Those who missed out on celebrating LGBTQ Pride in June will have another chance to come together in colorful grandeur this weekend.
Saturday is Salem’s annual Pride in the Park, organized by Capital Pride, a local nonprofit group with the mission of uplifting the voices of the LGBTQ community and celebrating pride year-round. This year, organizers expect its biggest event yet.
Held at Salem’s Riverfront Park, the event will include close to 140 booths for vendors and local organizations this year, compared to previous years which had about 40.
“We’re about three times bigger than last year and last year was the second biggest one that I know of … so it’s a big jump for us,” said Zachery Cardoso, president of Capital Pride. “We historically have only ever had the old amphitheater and Riverfront Park, but this year, we’re also expanding to the south meadow behind the carousel, and we also have the new food truck area.”
Capital Pride runs from 10 a.m. to 6 p.m. and is free and open to everyone.
The event will include several food carts, live performances of music and drag, an area designated for community art, a wine garden, a kids corner with activities, vaccination clinics, and more. This is the first time since the pandemic that the event will resemble their 2019 event, as 2020’s had to be virtual and 2021 was heavily masked.
“People are excited to be able to do stuff in the community again,” Cardoso said Growth was one of their goals for this year.
Capital Pride always holds its main Pride event in the fall. It’s typically Salem’s main Pride event of the year, though this year the community got the chance at another event in June, organized by a different group.
In part, Capital Pride does its event in the fall to make sure local queer artists and performers can attend, since June is such a busy month for Pride events. But it’s also more than that.
“We are firm believers in that, you’re not only queer in June, so you can celebrate Pride all year long,” Cardoso said. “And that is one of our longtime goals: to celebrate Pride all throughout the year, so our plan is to continue to do our historic event in the late summer, early fall, but also add additional events.”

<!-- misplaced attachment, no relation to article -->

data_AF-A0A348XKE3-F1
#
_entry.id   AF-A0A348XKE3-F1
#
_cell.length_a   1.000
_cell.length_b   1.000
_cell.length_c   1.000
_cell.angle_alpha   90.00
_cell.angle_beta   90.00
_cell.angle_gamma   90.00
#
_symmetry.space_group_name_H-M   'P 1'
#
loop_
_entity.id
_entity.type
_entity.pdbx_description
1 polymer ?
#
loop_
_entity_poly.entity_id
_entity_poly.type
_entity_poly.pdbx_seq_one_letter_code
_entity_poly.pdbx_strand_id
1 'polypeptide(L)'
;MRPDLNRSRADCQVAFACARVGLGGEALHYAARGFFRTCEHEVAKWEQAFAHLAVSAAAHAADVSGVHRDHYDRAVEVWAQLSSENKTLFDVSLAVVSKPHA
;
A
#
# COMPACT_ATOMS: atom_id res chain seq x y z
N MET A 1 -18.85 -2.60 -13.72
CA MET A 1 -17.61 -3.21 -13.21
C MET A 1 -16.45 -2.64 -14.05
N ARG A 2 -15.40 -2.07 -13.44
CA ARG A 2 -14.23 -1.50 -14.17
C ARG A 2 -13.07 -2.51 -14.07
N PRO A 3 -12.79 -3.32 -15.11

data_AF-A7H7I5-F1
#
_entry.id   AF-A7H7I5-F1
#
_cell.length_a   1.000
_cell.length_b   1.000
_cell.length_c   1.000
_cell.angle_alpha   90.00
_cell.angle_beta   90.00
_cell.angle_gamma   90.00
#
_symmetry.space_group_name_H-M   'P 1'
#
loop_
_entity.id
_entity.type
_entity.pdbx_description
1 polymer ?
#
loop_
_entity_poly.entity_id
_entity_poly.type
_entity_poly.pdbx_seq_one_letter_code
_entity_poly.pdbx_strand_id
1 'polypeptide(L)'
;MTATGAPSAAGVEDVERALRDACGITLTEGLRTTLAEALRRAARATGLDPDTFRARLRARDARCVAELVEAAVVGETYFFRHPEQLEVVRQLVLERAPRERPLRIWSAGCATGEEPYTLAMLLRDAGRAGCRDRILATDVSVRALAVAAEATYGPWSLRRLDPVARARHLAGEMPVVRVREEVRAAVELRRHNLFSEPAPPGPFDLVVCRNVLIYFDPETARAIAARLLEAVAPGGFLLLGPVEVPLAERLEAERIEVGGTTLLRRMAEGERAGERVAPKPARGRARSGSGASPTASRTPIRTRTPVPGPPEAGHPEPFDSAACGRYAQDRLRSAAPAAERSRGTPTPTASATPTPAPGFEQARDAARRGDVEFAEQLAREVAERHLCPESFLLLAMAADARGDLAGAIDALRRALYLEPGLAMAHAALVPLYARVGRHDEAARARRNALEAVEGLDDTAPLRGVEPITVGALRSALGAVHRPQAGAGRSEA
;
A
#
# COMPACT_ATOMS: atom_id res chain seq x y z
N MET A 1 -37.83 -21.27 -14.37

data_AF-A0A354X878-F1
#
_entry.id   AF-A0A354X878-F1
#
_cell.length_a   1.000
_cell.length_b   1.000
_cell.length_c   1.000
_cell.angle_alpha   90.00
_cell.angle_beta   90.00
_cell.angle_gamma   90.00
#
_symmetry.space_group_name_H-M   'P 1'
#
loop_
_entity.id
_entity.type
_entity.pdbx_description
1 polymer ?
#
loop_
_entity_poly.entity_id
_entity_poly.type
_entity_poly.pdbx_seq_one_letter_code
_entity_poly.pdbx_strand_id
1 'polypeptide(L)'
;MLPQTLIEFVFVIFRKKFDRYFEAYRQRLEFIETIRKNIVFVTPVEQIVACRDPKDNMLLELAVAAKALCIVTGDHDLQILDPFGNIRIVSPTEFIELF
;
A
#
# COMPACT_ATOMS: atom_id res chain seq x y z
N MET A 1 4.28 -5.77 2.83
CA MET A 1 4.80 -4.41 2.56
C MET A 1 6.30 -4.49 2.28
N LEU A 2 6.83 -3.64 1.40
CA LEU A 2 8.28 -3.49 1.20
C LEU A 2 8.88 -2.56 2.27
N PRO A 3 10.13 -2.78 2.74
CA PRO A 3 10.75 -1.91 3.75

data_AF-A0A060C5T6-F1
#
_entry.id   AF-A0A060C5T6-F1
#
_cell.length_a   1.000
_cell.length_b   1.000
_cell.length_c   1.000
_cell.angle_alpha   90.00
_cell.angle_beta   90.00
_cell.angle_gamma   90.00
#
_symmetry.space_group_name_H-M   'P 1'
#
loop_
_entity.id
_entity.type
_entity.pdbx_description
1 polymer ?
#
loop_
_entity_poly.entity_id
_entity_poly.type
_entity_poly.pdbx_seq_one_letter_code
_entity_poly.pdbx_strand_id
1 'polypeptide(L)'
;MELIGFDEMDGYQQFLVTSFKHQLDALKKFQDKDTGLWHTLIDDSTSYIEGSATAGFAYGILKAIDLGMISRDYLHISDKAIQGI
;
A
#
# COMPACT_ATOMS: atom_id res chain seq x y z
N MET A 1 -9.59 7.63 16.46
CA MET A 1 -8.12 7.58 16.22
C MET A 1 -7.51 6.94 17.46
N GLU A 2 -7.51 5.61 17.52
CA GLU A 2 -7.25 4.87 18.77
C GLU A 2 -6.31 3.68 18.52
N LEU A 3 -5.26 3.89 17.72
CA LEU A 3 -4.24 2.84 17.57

The event is free and open to everyone. Capital Pride works hard to create an accessible event for everyone, so all of the booths have concrete access for those with mobility aids, and all of the live performances will be simultaneously translated into American Sign Language, Cardoso said.
“For one of our booths we are planning to videotape people who want to tell stories for National Coming Out Day,” he said. Capital Pride has been celebrating National Coming Out Day for the past three years, and this year, they are asking anyone who wants to participate to share a coming out story or any sort of story about their experience as part of the LGBTQ community.
They will then compile these stories into one video and release it on October 11.
Cardoso said they are aware of other Pride events being scaled back or canceled due to safety concerns. The event will have private security monitoring things to maintain community safety around the event.
While this is likely to be the biggest Pride in the Park, Capital Salem doesn’t plan to stop here. Cardoso said he hopes to see it continue to grow in the future, hopes to organize a queer prom in the spring, revive an queer hiking group that was active in the area decades ago, as well as create more community-building events and activities throughout the year.
Contact reporter Jordyn Brown at [email protected].
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